For heteronuclear single quantum correlation (HSQC) experiments, the datasets were acquired with 1024 and 512 data points for the f2 (1H) and f1 (13C) dimensions, with spectral widths of 11161 and 38736 Hz, respectively. Eight scans were performed and the relaxation delay was fixed at 1 s.
Regarding heteronuclear multiple bond correlation (HMBC) experiments, the datasets were acquired with 4096 and 512 data points for the f2 (1H) and f1 (13C) dimensions, with spectral widths of 9091 and 38736 Hz, respectively. Thirty two scans were performed and the relaxation delay was fixed at 1.5 s.

2.6.5. Colorimetric Test

In order to confirm the properties of the component, a colorimetric test based according to Prior et al., 2010 [17] was performed. The DMAC (4-dimethylaminocinnamaldehyde) test has proven to be effective when trying to quantify proanthocyanidins in plant extracts [18]. A 0.1 mg/mL sample solution was prepared in pure ethanol. The DMAC solution was done following Prior’s protocol: 0.01 g of DMAC was placed in a 10 mL volumetric flask and a solution of 36% hydrochloric acid, distilled water and pure ethanol (1:1:6) was added to the mark. The reaction was performed at room temperature: 100 µL of sample solution was placed in a spectrophotometric cell added with 500 µL of DMAC solution and read immediately at 640 nm.

3. Results and Discussion

3.1. Species Selection

Twenty-one species were selected after the ethnobotanical study in Mayotte (France) and their crude extracts obtained with methanol and dichloromethane were used for biological in vitro testing (data not shown). Among the 21 species tested, Litchi chinensis was the most promising, exhibiting high anti-tyrosinase and antioxidant activities (95.1 ± 0.06%, 84.8 ± 1.87%, respectively).

3.2. Bioguided Fractionation

The bio-guided successive fractionation steps are illustrated in the different chromatograms shown below (Figure 2, Figure 3 and Figure 4). In each chromatogram, the peak that was selected after each fractionation and biological activities evaluation (Table 2, Table 3 and Table 4) has been pointed out. In the first, fraction F10 was selected (Figure 2) because of its biological activities (Table 2); in the second one, F10.3 was selected because of its biological activities (Table 3) (Figure 3). The identification work took place on peak F10.3.3 (Figure 4), and its biological activities can be found in Table 4, obtained after the third fractionation/purification step.
The Table 2, Table 3 and Table 4 present the relative anti-tyrosinase and antioxidant activities of each fraction collected respectively after one, two or three HPLC purification step(s). In Table 2, the fraction 10 is highlighted for its high anti-tyrosinase and antioxidant activities and was further fractionated into sub-fractions (Table 3) where fraction 10.3 was selected for the third fractionation step (Table 4). The molecular characterization took place on fraction 10.3.3.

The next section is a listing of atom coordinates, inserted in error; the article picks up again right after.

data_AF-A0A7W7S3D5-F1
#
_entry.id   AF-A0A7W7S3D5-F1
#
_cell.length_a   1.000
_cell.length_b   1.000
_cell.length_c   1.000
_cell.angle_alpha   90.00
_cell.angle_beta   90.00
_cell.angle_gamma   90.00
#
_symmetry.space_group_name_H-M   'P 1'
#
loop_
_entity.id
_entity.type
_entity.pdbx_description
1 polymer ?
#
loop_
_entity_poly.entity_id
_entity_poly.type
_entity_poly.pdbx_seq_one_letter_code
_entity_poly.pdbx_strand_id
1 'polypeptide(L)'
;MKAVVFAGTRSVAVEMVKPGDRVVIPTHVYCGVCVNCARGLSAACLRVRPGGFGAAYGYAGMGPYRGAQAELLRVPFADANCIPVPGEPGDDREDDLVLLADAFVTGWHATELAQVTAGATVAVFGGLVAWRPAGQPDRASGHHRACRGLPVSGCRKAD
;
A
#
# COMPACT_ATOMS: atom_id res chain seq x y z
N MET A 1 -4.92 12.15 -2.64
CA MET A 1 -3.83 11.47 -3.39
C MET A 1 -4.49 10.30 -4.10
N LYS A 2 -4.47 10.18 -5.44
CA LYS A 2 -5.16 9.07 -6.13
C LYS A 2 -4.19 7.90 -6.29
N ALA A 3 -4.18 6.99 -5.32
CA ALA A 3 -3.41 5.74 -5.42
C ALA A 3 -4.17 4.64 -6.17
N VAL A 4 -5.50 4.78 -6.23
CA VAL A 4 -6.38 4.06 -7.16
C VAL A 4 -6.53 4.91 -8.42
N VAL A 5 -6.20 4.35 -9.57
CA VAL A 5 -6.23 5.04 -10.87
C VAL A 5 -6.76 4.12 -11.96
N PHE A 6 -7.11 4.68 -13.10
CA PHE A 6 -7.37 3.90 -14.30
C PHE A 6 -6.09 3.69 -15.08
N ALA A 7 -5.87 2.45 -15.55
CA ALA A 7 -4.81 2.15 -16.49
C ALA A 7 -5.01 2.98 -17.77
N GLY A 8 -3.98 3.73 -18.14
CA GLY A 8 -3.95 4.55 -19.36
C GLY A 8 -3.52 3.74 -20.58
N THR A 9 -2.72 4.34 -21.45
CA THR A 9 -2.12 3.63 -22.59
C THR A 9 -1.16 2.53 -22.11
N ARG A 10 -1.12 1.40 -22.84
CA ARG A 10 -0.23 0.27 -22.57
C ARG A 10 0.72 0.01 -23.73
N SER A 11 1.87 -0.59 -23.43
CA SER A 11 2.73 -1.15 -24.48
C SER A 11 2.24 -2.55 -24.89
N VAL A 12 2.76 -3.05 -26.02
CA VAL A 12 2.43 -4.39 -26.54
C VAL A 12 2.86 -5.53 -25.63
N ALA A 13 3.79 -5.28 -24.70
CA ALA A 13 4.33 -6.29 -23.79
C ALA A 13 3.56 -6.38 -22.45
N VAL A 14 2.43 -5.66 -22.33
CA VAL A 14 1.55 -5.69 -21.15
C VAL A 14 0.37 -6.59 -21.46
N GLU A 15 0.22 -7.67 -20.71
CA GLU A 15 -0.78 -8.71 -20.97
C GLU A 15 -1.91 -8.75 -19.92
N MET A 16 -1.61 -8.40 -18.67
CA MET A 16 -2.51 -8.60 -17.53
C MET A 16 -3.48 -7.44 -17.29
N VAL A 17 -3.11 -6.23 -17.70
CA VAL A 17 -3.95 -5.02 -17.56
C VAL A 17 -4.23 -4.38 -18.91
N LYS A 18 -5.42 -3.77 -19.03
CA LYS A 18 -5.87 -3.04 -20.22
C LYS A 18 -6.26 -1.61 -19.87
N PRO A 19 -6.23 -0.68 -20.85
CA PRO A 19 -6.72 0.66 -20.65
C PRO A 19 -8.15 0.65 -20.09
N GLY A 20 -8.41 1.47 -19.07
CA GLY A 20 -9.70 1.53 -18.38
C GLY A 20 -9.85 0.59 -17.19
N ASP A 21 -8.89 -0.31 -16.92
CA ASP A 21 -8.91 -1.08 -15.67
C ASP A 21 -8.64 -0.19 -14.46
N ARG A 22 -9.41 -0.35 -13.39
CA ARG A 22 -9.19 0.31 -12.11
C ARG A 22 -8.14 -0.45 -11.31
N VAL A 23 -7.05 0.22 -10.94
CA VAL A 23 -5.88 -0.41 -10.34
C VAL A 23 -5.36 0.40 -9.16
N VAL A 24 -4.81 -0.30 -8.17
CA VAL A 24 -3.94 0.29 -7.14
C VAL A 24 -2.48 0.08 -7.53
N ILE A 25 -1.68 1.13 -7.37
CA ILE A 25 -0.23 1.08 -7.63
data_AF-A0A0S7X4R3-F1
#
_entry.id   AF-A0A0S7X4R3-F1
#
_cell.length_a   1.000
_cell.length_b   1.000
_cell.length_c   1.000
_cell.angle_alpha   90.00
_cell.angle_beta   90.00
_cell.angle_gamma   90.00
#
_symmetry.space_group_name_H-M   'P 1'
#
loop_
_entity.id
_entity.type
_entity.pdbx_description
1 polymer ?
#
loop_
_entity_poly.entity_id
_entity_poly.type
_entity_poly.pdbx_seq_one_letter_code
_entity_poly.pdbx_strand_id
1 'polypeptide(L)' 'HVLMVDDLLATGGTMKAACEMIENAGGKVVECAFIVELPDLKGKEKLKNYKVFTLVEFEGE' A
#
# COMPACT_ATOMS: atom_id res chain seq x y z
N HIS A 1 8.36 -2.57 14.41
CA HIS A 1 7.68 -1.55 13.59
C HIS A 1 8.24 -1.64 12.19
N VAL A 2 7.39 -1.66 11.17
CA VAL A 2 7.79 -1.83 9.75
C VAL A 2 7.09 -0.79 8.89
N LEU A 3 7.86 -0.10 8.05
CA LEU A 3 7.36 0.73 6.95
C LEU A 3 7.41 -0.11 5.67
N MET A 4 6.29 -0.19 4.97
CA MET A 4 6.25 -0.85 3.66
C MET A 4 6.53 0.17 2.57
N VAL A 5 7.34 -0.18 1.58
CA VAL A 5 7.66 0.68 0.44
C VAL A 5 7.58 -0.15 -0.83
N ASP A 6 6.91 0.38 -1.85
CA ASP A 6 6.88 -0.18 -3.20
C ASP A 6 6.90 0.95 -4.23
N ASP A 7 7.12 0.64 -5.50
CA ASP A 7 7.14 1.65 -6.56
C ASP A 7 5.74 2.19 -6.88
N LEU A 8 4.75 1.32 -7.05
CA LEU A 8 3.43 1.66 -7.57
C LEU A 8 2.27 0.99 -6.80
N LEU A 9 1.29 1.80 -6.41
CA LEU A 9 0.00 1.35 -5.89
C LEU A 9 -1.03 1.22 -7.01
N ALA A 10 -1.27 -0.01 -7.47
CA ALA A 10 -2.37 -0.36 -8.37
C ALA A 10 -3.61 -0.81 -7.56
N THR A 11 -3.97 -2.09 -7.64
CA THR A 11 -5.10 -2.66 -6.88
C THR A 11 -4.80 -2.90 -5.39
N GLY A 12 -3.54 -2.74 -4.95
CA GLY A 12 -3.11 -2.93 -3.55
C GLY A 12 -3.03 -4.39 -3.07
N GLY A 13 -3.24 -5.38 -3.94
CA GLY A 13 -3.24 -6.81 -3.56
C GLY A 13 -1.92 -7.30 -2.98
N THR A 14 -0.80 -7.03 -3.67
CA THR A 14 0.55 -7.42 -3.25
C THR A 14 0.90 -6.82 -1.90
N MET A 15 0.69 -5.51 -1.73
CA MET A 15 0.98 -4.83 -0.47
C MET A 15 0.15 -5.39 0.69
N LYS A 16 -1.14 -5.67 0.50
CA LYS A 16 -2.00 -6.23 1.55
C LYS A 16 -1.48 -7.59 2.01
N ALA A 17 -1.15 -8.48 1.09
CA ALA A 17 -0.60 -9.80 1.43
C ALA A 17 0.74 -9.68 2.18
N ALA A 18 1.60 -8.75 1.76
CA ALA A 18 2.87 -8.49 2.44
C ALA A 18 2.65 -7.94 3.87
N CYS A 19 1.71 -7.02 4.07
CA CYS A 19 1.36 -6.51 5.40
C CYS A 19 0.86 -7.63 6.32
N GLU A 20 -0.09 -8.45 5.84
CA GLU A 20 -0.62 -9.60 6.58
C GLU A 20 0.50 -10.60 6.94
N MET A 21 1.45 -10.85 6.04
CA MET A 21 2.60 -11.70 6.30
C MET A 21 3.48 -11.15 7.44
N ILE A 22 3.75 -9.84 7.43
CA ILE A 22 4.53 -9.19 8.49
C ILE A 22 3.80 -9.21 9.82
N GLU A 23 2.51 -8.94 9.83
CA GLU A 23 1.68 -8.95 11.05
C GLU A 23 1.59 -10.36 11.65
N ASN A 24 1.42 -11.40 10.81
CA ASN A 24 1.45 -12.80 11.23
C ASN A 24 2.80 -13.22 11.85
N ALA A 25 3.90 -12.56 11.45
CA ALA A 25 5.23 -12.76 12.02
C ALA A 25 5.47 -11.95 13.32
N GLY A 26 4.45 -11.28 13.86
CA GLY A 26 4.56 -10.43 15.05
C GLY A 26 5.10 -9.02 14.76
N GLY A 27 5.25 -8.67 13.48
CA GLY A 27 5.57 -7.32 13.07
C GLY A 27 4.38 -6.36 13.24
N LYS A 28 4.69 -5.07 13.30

Table 2. Relative activity shown by the fractions retrieved after the first purification process.
Table 2. Relative activity shown by the fractions retrieved after the first purification process.
Inhibition %SD %Inhibition %SD %
Second Fractionation Activities
Table 3. Relative activity shown by the fractions retrieved after the second purification process.
Table 3. Relative activity shown by the fractions retrieved after the second purification process.
Inhibition %SD %Inhibition %SD %
Third Fractionation
Table 4. Relative activity shown by the fractions retrieved after the third purification process.
Table 4. Relative activity shown by the fractions retrieved after the third purification process.
Inhibition %SD %Inhibition %SD %

3.3. Molecular Characterization

Combining the three successive fractionation steps allowed us to obtain fraction 10.3.3 that was re-analyzed by analytical HPLC revealing a single peak with >99% UV-purity. Starting from 20 g of litchi dry roots, we obtained around 9 mg of fraction 10.3.3 (protocol yield of 0.045 g/Kg DM).

3.3.1. IR

The most striking feature of the infrared spectrum (Figure 5) is the intense and relatively broad band around 1600 cm−1. Such an intense band is not expected from double bond stretching vibration but has been observed in molecules with 1,3-diketone moiety. The band is thought to result from the resonance and the formation of a strong hydrogen bond when one of the ketones enolizes. Carbonyl stretching bands are sometimes observed in 1,3-diketones infrared spectrum but the intensity of the bands is highly variable according to the molecular structure. 1,3-dihydroxy aromatic structures such as resorcinol and phloroglucinol also show an intense band around 1600 cm−1 and no intense band in the carbonyl region of the spectrum. This could suggest that the isolated molecule is a phenolic compound possessing −OH moieties in 1,3 positions. The occurrence of a small node at 3543 cm−1 suggests an intermolecular bonded −OH. The strong band at 1065 cm−1 can be explained by C-O stretching from ether bond.